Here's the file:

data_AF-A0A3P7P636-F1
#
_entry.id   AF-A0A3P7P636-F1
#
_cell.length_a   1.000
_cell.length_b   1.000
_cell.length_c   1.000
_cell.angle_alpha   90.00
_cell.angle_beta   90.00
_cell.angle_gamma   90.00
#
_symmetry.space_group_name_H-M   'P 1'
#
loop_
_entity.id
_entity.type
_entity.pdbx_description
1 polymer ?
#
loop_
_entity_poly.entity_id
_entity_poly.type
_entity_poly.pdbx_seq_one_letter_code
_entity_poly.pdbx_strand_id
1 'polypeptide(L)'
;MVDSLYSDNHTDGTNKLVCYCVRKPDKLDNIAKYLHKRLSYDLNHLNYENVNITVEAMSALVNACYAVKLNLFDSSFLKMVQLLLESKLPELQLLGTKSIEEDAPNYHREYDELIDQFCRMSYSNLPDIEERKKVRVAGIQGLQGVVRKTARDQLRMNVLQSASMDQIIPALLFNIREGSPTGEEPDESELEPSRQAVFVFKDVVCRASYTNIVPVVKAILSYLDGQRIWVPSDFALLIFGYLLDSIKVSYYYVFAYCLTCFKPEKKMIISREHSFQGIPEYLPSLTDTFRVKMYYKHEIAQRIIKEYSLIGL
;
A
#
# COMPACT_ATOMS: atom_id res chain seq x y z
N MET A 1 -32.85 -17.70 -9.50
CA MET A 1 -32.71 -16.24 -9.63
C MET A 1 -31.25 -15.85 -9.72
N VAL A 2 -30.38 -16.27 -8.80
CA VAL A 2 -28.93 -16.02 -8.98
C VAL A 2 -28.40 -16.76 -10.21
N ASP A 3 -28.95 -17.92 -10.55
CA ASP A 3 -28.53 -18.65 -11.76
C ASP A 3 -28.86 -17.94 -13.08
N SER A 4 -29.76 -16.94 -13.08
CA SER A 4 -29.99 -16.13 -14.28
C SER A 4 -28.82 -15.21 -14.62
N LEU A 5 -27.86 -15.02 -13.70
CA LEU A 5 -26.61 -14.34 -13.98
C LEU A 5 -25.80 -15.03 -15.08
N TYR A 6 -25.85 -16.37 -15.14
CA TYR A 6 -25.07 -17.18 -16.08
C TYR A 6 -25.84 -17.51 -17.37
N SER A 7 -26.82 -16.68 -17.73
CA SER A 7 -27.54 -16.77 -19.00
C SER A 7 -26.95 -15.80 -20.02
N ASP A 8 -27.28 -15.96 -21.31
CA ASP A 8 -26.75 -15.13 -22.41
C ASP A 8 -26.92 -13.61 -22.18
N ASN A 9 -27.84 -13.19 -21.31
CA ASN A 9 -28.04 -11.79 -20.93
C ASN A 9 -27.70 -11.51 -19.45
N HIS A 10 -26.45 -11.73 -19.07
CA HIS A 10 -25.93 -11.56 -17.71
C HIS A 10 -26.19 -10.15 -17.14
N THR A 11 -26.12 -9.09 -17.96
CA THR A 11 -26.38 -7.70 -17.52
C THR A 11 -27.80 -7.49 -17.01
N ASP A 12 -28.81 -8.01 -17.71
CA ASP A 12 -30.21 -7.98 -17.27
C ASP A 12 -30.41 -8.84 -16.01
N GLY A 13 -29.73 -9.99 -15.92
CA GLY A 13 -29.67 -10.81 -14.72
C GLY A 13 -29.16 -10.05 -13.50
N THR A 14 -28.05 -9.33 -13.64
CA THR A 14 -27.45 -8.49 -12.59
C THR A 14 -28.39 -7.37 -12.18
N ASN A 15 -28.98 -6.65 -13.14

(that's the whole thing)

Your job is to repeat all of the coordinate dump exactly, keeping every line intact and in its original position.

data_AF-A0A3P7P636-F1
#
_entry.id   AF-A0A3P7P636-F1
#
_cell.length_a   1.000
_cell.length_b   1.000
_cell.length_c   1.000
_cell.angle_alpha   90.00
_cell.angle_beta   90.00
_cell.angle_gamma   90.00
#
_symmetry.space_group_name_H-M   'P 1'
#
loop_
_entity.id
_entity.type
_entity.pdbx_description
1 polymer ?
#
loop_
_entity_poly.entity_id
_entity_poly.type
_entity_poly.pdbx_seq_one_letter_code
_entity_poly.pdbx_strand_id
1 'polypeptide(L)'
;MVDSLYSDNHTDGTNKLVCYCVRKPDKLDNIAKYLHKRLSYDLNHLNYENVNITVEAMSALVNACYAVKLNLFDSSFLKMVQLLLESKLPELQLLGTKSIEEDAPNYHREYDELIDQFCRMSYSNLPDIEERKKVRVAGIQGLQGVVRKTARDQLRMNVLQSASMDQIIPALLFNIREGSPTGEEPDESELEPSRQAVFVFKDVVCRASYTNIVPVVKAILSYLDGQRIWVPSDFALLIFGYLLDSIKVSYYYVFAYCLTCFKPEKKMIISREHSFQGIPEYLPSLTDTFRVKMYYKHEIAQRIIKEYSLIGL
;
A
#
# COMPACT_ATOMS: atom_id res chain seq x y z
N MET A 1 -32.85 -17.70 -9.50
CA MET A 1 -32.71 -16.24 -9.63
C MET A 1 -31.25 -15.85 -9.72
N VAL A 2 -30.38 -16.27 -8.80
CA VAL A 2 -28.93 -16.02 -8.98
C VAL A 2 -28.40 -16.76 -10.21
N ASP A 3 -28.95 -17.92 -10.55
CA ASP A 3 -28.53 -18.65 -11.76
C ASP A 3 -28.86 -17.94 -13.08
N SER A 4 -29.76 -16.94 -13.08
CA SER A 4 -29.99 -16.13 -14.28
C SER A 4 -28.82 -15.21 -14.62
N LEU A 5 -27.86 -15.02 -13.70
CA LEU A 5 -26.61 -14.34 -13.98
C LEU A 5 -25.80 -15.03 -15.08
N TYR A 6 -25.85 -16.37 -15.14
CA TYR A 6 -25.07 -17.18 -16.08
C TYR A 6 -25.84 -17.51 -17.37
N SER A 7 -26.82 -16.68 -17.73
CA SER A 7 -27.54 -16.77 -19.00
C SER A 7 -26.95 -15.80 -20.02
N ASP A 8 -27.28 -15.96 -21.31
CA ASP A 8 -26.75 -15.13 -22.41
C ASP A 8 -26.92 -13.61 -22.18
N ASN A 9 -27.84 -13.19 -21.31
CA ASN A 9 -28.04 -11.79 -20.93
C ASN A 9 -27.70 -11.51 -19.45
N HIS A 10 -26.45 -11.73 -19.07
CA HIS A 10 -25.93 -11.56 -17.71
C HIS A 10 -26.19 -10.15 -17.14
N THR A 11 -26.12 -9.09 -17.96
CA THR A 11 -26.38 -7.70 -17.52
C THR A 11 -27.80 -7.49 -17.01
N ASP A 12 -28.81 -8.01 -17.71
CA ASP A 12 -30.21 -7.98 -17.27
C ASP A 12 -30.41 -8.84 -16.01
N GLY A 13 -29.73 -9.99 -15.92
CA GLY A 13 -29.67 -10.81 -14.72
C GLY A 13 -29.16 -10.05 -13.50
N THR A 14 -28.05 -9.33 -13.64
CA THR A 14 -27.45 -8.49 -12.59
C THR A 14 -28.39 -7.37 -12.18
N ASN A 15 -28.98 -6.65 -13.14